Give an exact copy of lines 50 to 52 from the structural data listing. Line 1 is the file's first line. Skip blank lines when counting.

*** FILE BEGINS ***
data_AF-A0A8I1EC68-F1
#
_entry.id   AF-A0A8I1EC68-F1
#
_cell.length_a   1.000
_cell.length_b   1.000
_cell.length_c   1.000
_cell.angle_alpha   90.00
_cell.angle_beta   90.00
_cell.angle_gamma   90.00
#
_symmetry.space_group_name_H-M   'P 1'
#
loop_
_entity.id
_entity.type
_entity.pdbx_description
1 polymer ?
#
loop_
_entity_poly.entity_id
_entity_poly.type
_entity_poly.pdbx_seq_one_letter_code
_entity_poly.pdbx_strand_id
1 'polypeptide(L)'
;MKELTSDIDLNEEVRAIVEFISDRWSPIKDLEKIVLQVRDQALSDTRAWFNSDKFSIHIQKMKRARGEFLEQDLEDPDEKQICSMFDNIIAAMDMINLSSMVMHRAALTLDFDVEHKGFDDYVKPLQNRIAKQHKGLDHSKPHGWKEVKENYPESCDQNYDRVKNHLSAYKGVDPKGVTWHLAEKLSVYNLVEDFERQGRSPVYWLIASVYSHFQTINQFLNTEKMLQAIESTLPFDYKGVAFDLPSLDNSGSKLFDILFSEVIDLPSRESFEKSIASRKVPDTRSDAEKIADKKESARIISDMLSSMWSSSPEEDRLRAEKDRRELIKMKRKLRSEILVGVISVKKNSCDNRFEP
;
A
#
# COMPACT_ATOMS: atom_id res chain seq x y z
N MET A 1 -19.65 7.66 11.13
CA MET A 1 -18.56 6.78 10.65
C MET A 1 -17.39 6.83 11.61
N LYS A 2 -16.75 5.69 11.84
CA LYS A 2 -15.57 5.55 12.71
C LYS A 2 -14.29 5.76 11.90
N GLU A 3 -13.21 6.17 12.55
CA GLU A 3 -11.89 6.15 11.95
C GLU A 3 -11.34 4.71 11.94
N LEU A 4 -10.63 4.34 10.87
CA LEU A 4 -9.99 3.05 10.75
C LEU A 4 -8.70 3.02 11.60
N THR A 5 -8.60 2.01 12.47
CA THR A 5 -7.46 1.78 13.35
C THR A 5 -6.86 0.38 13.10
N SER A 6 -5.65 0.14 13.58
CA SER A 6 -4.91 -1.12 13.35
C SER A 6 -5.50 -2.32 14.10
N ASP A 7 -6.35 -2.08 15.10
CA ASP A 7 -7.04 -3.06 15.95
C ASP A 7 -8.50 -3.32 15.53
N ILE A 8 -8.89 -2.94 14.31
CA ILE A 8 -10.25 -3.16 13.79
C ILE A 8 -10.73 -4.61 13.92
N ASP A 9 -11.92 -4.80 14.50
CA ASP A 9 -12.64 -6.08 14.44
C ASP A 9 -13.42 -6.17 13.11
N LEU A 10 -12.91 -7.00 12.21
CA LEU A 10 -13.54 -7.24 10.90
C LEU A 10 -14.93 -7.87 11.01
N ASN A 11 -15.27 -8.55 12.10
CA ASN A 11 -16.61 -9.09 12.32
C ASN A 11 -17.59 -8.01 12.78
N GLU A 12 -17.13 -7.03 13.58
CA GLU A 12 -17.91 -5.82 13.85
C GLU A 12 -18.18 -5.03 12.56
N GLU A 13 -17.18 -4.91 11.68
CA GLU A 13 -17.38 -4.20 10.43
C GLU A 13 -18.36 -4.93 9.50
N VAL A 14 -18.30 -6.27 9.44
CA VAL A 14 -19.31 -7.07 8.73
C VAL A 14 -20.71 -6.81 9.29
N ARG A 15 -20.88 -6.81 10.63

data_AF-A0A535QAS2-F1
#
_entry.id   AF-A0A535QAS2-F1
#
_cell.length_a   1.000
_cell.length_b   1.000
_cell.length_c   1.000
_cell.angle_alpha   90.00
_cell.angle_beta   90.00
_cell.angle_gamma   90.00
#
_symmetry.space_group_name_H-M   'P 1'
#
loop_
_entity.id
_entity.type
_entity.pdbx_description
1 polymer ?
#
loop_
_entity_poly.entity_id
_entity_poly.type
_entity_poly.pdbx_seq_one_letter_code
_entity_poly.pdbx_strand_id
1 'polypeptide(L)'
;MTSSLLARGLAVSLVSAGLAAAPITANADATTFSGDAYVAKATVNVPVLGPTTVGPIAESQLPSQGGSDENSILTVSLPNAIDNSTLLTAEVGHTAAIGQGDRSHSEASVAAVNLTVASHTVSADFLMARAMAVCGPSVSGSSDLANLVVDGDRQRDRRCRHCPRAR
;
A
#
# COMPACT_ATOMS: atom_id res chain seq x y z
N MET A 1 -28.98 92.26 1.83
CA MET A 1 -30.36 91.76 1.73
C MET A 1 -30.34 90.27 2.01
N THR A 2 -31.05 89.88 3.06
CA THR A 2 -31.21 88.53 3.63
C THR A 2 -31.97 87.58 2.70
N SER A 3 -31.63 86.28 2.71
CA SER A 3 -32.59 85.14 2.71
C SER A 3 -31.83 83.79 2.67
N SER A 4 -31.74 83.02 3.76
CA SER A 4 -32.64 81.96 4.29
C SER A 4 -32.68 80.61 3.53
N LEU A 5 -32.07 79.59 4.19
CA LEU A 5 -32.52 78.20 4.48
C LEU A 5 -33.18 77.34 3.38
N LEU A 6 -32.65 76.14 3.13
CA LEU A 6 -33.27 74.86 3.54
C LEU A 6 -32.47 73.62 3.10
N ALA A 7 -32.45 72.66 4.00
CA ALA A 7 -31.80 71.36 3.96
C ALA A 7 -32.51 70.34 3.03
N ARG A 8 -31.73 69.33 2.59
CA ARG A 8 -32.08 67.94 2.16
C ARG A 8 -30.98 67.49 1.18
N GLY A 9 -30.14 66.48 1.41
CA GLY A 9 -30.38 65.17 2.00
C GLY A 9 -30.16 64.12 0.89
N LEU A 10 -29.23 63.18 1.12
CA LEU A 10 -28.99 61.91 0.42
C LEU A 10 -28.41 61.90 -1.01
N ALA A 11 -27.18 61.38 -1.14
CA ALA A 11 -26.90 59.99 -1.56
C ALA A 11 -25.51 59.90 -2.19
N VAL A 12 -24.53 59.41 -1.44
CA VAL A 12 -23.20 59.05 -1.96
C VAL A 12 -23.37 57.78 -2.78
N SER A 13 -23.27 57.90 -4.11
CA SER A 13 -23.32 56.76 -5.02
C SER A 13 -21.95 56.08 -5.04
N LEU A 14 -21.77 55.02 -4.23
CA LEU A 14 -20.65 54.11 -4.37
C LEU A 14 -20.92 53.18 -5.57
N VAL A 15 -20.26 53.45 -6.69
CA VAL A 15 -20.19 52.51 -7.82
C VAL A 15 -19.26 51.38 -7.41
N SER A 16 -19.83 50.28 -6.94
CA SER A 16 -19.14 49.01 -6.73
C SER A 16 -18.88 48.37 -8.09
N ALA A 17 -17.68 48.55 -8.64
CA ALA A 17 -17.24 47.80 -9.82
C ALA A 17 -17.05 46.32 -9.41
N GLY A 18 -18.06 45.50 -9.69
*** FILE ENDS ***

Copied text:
CA ASP A 7 -7.04 -3.06 15.95
C ASP A 7 -8.50 -3.32 15.53
N ILE A 8 -8.89 -2.94 14.31